It’s been six months since the latest spark ignited mass protests in Iran — the death of 22-year-old Kurdish-Iranian Mahsa (Jina) Amini in morality police custody after she was arrested for allegedly failing to wear her hijab properly.
The outrage over her killing resulted in women-led protests. Their slogan “woman, life, freedom,” originally a Kurdish manifesto, has helped fuel the Iranian protesters’ demands for radical change.
The perseverance, bravery and determination of the Iranian protesters, particularly women and girls, have been heroic. Despite risks to their lives and freedoms due to a brutal government crackdown, many remain active in publicly articulating their grievances in a variety of ways.
ALSO READ: Daily SASSA updates: Expiring SASSA and Postbank gold cards
In recent months, while some street presence has continued in Iran — for example, in response to the poisonings of schoolgirls in cities across the country — protesters are also organizing strikes, sit-ins, boycotts and publicizing their demands in the form of manifestos, charters and bills of rights.
In fact, a key distinguishing factor between the recent protests and the previous ones is that Iranians have been forming coalitions to advocate for important structural and institutional changes in support of equality, human rights, democracy and freedom.
Demands for substantial change by Iranians
Disillusioned with efforts to democratize and liberalize aspects of Iranian politics and society while working within the confines of the theocratic state, today’s protesters are demanding substantial political and social change that is markedly secular.
The woman, life, freedom protests are calling for basic rights and opportunities that have rarely been recognized throughout the 44-year rule of the Islamic Republic, even after landslide elections of reform-minded figures who promised reforms. In doing so, the protesters are challenging the core tenants of the theocratic regime.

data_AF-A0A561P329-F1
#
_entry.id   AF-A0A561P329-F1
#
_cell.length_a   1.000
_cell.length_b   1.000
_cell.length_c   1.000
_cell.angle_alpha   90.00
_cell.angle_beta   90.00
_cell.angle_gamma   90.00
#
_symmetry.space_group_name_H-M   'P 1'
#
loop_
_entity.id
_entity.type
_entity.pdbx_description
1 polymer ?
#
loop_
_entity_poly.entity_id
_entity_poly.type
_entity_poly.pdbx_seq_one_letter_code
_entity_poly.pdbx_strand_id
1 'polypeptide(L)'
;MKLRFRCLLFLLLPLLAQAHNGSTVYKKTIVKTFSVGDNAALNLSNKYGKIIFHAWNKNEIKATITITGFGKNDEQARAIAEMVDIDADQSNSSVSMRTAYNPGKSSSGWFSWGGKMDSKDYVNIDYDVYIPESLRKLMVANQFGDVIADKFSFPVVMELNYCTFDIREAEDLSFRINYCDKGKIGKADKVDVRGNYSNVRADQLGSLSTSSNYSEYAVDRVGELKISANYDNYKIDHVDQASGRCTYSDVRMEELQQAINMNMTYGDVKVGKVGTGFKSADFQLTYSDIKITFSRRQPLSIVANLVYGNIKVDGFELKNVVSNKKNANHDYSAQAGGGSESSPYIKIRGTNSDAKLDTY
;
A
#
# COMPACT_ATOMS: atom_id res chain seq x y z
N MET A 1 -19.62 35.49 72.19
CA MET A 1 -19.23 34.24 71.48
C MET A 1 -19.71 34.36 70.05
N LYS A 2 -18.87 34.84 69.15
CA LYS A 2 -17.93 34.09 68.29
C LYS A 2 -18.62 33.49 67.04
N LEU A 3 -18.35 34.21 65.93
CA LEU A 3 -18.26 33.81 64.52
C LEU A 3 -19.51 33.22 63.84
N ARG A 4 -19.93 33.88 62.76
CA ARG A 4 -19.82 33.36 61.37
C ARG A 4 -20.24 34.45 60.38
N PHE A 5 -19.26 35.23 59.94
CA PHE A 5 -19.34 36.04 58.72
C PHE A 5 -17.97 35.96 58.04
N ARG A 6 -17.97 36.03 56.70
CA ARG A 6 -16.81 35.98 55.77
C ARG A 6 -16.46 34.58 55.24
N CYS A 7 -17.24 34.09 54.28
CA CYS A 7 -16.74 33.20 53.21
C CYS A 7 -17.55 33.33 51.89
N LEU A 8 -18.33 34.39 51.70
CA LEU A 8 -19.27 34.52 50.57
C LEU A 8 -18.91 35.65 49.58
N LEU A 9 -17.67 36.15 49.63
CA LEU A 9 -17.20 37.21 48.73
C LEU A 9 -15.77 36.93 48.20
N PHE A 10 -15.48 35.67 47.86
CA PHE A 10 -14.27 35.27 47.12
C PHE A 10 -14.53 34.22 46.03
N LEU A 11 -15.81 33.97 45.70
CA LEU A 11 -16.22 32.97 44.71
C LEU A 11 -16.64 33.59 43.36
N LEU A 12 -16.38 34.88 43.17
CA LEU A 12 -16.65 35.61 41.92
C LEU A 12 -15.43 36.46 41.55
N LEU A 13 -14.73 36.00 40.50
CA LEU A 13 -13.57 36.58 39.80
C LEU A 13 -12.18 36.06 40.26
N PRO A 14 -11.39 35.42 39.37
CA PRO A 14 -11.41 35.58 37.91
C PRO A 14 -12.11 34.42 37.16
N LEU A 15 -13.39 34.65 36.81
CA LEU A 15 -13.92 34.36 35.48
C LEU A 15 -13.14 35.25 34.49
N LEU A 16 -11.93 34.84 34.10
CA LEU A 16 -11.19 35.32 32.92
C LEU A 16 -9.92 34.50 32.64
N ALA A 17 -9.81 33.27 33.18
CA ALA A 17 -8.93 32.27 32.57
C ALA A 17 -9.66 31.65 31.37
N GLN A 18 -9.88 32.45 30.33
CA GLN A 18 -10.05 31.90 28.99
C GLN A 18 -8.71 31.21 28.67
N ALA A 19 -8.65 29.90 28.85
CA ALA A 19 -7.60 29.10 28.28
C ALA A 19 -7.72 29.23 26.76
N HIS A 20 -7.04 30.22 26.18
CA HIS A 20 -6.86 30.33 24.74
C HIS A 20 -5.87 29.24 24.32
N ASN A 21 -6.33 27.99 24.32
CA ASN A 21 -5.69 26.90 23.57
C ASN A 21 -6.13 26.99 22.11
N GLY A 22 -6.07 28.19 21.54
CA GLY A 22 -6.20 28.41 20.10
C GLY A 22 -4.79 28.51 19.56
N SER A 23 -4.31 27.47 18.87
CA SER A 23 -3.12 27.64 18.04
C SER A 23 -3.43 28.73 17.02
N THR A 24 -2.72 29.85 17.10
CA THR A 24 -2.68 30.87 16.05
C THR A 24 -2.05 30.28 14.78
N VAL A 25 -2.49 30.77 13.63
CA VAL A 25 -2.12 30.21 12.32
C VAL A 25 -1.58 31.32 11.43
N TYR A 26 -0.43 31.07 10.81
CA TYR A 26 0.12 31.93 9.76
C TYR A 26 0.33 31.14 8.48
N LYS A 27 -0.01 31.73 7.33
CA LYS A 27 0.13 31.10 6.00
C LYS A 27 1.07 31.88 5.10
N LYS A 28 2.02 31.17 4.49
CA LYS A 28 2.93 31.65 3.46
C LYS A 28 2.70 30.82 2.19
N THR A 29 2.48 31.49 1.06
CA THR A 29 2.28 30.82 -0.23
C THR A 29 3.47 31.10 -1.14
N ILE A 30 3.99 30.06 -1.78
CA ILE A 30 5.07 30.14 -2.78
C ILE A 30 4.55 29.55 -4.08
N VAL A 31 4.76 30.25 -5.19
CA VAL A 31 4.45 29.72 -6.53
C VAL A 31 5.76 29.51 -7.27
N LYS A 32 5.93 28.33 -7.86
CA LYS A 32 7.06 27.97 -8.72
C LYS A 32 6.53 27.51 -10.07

The leaderless nature of the demonstrations, which some key protesters compare to other social justice movements like Black Lives Matter, has also fuelled democratic sentiments in Iran that have empowered ordinary Iranians to protest decades of unresponsive and unrepresentative government.
Protesters are now shifting to more concerted efforts involving charters or bills of rights that outline their specific demands — yet another indication that Iranians are politicized, organized and mobilized as they push for change.
Calls for a humane society
In mid-February, coinciding with the 44th anniversary of the formation of the Islamic Republic of Iran, several civil society groups — including labour unions, student organizations and women’s and human rights groups — collectively publicized a joint charter outlining their minimum demands for a “new, modern, and humane society.”
The charter focuses on the core demands of large sections of the Iranian population.
It advocates for a secular state in which “religion is a private matter … and should not interfere in the political, economic, social, and cultural destiny and laws of the country.”
The charter also includes demands for the release of all political prisoners, abolishing discriminatory laws against ethnic and religious minorities and ending environmental destruction.